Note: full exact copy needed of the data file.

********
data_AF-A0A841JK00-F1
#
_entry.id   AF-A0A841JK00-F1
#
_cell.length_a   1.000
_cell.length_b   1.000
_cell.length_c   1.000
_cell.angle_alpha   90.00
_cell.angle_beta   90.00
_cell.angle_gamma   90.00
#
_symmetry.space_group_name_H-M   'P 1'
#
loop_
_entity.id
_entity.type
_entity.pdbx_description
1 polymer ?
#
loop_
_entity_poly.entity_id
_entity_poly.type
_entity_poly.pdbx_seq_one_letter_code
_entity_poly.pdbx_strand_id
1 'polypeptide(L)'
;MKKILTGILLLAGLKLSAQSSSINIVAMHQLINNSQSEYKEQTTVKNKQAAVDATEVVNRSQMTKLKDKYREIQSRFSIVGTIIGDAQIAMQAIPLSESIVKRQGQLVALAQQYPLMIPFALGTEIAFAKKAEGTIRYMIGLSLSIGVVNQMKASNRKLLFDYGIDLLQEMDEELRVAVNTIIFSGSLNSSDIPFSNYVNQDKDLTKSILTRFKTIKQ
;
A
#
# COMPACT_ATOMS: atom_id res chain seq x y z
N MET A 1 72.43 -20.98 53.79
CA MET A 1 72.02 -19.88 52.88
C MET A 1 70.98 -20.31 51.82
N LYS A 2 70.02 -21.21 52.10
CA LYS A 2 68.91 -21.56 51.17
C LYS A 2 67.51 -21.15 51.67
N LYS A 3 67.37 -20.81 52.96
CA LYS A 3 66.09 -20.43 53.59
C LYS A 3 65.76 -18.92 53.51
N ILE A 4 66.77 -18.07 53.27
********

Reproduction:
data_AF-A0A841JK00-F1
#
_entry.id   AF-A0A841JK00-F1
#
_cell.length_a   1.000
_cell.length_b   1.000
_cell.length_c   1.000
_cell.angle_alpha   90.00
_cell.angle_beta   90.00
_cell.angle_gamma   90.00
#
_symmetry.space_group_name_H-M   'P 1'
#
loop_
_entity.id
_entity.type
_entity.pdbx_description
1 polymer ?
#
loop_
_entity_poly.entity_id
_entity_poly.type
_entity_poly.pdbx_seq_one_letter_code
_entity_poly.pdbx_strand_id
1 'polypeptide(L)'
;MKKILTGILLLAGLKLSAQSSSINIVAMHQLINNSQSEYKEQTTVKNKQAAVDATEVVNRSQMTKLKDKYREIQSRFSIVGTIIGDAQIAMQAIPLSESIVKRQGQLVALAQQYPLMIPFALGTEIAFAKKAEGTIRYMIGLSLSIGVVNQMKASNRKLLFDYGIDLLQEMDEELRVAVNTIIFSGSLNSSDIPFSNYVNQDKDLTKSILTRFKTIKQ
;
A
#
# COMPACT_ATOMS: atom_id res chain seq x y z
N MET A 1 72.43 -20.98 53.79
CA MET A 1 72.02 -19.88 52.88
C MET A 1 70.98 -20.31 51.82
N LYS A 2 70.02 -21.21 52.10
CA LYS A 2 68.91 -21.56 51.17
C LYS A 2 67.51 -21.15 51.67
N LYS A 3 67.37 -20.81 52.96
CA LYS A 3 66.09 -20.43 53.59
C LYS A 3 65.76 -18.92 53.51
N ILE A 4 66.77 -18.07 53.27